Non-solicitation fees and other mystifying outsourcing contract terms

“What’s in a name? That which we call a rose by any other name would smell as sweet.”                     William Shakespeare, Romeo and Juliet

Why do law firms that outsource allow their outsourcing vendors to charge them for non-solicitation fees, or in some instances, charge for the severance pay of outsourced employees?

Non-solicitation fees–for the uninformed–are fees that clients pay to the outsourcing vendor in cases where they hire the vendors’ employees or if a third party (i.e. another vendor) hires them.  The argument is that the outsourcing company incurred “costs” to hire, train and manage these employees should, therefore, be compensated if the employees are hired away from them.  With the same logic and reasoning, some vendors are requesting severance pay for their employees if the client terminates their contract.

Really.  Isn’t this why law firms pay monthly management fees?  Isn’t this why firms outsource?  Those are the questions.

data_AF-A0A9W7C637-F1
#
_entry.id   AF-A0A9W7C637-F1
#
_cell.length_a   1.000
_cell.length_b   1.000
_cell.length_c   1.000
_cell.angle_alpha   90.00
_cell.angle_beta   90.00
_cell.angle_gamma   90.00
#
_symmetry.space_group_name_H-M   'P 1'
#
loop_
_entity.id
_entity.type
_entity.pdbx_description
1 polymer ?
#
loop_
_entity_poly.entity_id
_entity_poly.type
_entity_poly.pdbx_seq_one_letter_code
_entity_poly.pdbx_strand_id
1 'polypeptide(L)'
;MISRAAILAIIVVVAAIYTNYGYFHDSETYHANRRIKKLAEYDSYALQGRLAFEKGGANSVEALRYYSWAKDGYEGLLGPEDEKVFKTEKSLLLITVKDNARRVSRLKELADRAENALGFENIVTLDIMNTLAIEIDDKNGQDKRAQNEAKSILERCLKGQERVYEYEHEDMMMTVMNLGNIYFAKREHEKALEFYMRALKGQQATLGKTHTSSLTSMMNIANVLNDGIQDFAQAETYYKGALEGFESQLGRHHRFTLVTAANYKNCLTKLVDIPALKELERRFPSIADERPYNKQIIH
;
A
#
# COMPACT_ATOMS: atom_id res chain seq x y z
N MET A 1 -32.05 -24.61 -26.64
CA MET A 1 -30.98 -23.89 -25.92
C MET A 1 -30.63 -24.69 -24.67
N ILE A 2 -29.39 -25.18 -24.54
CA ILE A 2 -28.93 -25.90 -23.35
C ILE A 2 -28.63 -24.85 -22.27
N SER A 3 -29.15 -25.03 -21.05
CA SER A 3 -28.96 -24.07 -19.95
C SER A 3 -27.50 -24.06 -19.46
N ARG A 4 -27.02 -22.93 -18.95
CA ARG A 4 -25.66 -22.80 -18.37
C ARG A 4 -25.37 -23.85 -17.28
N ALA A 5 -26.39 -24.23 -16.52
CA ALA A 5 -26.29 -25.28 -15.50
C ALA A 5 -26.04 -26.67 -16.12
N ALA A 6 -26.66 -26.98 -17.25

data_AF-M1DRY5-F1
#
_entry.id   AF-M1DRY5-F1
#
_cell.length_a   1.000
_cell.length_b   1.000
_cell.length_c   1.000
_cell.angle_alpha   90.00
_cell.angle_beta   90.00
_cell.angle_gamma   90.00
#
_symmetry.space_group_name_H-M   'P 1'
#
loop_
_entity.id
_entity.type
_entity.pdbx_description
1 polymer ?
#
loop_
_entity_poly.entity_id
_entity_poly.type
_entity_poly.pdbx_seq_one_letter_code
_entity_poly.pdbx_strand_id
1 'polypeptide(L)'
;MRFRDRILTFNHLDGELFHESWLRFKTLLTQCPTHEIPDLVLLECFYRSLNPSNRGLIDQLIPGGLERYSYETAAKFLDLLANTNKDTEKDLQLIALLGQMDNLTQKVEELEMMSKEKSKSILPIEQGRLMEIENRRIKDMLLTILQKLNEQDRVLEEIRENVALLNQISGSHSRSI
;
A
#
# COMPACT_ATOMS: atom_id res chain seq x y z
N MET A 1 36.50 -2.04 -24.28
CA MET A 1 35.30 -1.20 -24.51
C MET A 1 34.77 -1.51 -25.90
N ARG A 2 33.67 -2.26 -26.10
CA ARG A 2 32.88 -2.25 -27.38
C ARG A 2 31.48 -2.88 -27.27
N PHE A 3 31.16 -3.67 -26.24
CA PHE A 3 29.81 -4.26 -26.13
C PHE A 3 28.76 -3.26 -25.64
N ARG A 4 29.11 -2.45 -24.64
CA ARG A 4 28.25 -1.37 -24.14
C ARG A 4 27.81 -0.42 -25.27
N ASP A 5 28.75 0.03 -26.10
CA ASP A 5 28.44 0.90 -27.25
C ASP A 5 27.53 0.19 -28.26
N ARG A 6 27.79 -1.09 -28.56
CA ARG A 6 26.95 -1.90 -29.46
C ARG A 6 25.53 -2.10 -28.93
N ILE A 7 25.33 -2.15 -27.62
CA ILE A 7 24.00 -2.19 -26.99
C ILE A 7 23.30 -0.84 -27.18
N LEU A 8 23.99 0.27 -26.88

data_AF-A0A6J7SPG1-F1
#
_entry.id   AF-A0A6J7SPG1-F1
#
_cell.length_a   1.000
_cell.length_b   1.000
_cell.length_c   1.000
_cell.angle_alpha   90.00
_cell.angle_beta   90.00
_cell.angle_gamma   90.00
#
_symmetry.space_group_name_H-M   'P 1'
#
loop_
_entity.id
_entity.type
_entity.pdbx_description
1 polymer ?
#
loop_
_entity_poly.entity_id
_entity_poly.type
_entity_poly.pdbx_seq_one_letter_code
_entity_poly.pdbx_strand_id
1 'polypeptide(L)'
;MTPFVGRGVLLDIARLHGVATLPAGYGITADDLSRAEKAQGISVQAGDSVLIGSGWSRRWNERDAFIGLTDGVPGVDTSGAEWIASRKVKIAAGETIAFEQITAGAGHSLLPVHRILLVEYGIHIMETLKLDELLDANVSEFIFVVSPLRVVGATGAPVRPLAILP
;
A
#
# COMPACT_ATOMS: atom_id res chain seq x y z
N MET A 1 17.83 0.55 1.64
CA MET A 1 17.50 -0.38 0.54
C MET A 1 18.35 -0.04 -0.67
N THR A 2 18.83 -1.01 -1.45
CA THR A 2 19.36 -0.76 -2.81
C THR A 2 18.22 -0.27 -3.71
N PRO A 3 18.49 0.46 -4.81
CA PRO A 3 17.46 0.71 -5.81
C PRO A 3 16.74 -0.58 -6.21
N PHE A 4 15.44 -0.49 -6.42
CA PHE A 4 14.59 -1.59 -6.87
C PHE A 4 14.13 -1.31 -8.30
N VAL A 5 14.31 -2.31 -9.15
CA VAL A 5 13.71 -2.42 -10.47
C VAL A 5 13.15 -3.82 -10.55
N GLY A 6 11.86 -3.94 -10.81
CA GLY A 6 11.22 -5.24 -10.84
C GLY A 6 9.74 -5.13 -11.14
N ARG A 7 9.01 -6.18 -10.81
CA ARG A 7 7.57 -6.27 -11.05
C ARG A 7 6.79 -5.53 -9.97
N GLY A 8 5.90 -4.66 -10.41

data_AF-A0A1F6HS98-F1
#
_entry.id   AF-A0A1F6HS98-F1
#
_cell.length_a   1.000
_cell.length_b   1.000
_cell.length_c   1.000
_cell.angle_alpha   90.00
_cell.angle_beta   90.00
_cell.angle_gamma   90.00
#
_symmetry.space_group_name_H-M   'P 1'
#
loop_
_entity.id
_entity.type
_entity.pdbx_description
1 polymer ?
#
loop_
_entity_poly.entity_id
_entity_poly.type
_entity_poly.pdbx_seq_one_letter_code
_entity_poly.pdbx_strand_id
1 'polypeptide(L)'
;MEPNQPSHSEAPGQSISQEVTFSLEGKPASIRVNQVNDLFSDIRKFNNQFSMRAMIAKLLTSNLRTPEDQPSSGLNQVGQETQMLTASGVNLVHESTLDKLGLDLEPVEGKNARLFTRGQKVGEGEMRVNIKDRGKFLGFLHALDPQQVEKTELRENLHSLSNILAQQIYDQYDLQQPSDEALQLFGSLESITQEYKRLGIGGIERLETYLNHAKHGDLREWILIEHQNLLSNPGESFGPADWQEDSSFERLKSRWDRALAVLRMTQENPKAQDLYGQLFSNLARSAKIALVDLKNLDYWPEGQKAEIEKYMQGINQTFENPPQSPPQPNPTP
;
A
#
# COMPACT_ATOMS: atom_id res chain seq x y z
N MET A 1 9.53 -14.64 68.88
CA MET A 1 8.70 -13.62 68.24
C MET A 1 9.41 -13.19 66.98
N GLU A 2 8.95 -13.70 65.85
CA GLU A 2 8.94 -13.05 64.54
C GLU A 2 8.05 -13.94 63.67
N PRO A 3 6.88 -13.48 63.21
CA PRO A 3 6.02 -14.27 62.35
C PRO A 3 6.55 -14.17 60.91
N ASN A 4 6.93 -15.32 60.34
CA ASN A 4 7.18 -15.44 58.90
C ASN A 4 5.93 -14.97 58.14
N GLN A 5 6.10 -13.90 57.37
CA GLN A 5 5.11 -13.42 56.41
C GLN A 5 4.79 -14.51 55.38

A few other questions our consultants ask when we are faced with a vendor requesting non-solicitation fees or severance during a contract negotiation are:

  • Do you guarantee that any employee I pay non-solicitation fees for  will stay in the new job for the life of the agreement?
  • Will you repay me these fees if they leave or are terminated during the agreement?
  • Where will you place these people if I don’t hire them? If they are placed somewhere then how is the vendor damaged?

If you get satisfactory answers to these questions, then by all means, pay the fees.  But you won’t.  Non-solicitation fees and severance are, in truth, hostage fees–just by another name, and not at all sweet.

The best strategy for your firm is to just say no to them in any future contract, no matter what language the vendor uses.

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2018-09-20T22:26:03+00:00